11.1-11.3

11.1-11.3 - STAT3000 Chapter 11 Multiple Regression This...

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STAT3000 Chapter 11: Multiple Regression This chapter extends the basic concept of chapters 2 & 10 by modeling the mean value of y as a function of two or more independent variables. General Form of a Multiple Regression Model y = β 0 + β 1 x 1 + β 2 x 2 + + β p x p + ε Note// 1. β i determines the contribution of the independent variable x i . 2. x i may represent higher-order terms for quantitative predictors. 3. x i may also represent categorical predictors. In this case, x i is referred to as a dummy (indicator) variable. 224
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STAT3000 Section 11.1: Data Analysis for Multiple Regression The steps used to develop the multiple regression model are similar to those used for the simple linear regression model. Step 1: Determine appropriateness of linear model. a. Random sample (before fit model) b. Linear shape (before fit model) c. No pattern in residual plots (after fit model) d. Equal variance in residual plot (after fit) e. Histograms of residuals (after fit model) Step 2: Use the sample data to estimate the unknown model parameters, β 0 , β 1 , β 2 , , β p . But now, we have to choose which variables to include in the model. Step 3: Check that the assumptions about ε are valid. Statistically evaluate the usefulness of the model. R^2, s, inference procedures Step 4: Use the model for estimation and prediction. 225
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A First-Order Model* in Five Quantitative Independent Variables E(y) = β 0 + β 1 x 1 + β 2 x 2 + β 3 x 3 + β 4 x 4 + β 5 x 5 where x 1 , x 2 , x 3 , x 4 , and x 5 are all quantitative variables that are not functions of other independent variables (*each independent variable is included, but no logs, no powers, no interactions). Interpreting β i : Each coefficient represents the slope of the line relating y to x i when all the other x’s are held fixed. In other words, β I represents the expected change (predicted average) in y for a unit increase in x i when all oth er x’s are held constant. The method of fitting first-order models and other multiple regression models is identical to that of fitting the SLR model, the method of least squares. We find the estimated model that minimizes the SSE. The primary difference is computational difficulty. Therefore, we will rely on computer output. 0 1 1 2 2 3 3 4 4 5 ˆ y = b b x b x b x b x b x 5 + + + + + 226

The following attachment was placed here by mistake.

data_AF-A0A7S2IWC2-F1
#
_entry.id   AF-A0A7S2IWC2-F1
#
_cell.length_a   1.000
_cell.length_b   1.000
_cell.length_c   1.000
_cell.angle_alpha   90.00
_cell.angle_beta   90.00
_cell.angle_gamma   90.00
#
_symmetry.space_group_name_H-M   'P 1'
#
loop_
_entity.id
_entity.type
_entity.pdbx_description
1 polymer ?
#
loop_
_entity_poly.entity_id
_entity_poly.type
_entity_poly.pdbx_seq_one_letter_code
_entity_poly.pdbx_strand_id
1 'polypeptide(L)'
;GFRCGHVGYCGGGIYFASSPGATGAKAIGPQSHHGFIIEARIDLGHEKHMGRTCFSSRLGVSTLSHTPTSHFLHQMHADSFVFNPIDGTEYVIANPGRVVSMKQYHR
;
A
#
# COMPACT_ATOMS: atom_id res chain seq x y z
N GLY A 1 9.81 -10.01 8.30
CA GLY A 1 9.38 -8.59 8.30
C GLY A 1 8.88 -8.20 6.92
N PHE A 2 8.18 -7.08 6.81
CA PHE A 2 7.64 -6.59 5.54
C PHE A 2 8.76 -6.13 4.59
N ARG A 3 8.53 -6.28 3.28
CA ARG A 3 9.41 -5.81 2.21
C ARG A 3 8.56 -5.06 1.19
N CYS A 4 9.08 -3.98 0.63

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STAT3000 Section 11.2: Inferences for Multiple Regression Model Assumptions For any given set of values of x 1 , x 2 , …, x p , 1. E( ε ) = 0 2. Var( ε ) = σ 2 3. ε ~ N 4. The values of ε associated with any two observed values of y are independent. MSE= 2 2 SSE s = and s = s n-p-1 = Square MSE n – p–1 = n–(p+1) = df of error = n – # estimated β ’s (variables + intercept) 227
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P= number of variables we have and then the -1 for intercept - For every variable we loose 1 degree of freedom b/c you have much bigger interval ( bad) s 2 = MSE or mean square for error and s = MSE Residual Analysis: Checking Model Assumptions Residual plots are useful for detecting whether or not the model assumptions hold.
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11.1-11.3 - STAT3000 Chapter 11 Multiple Regression This...

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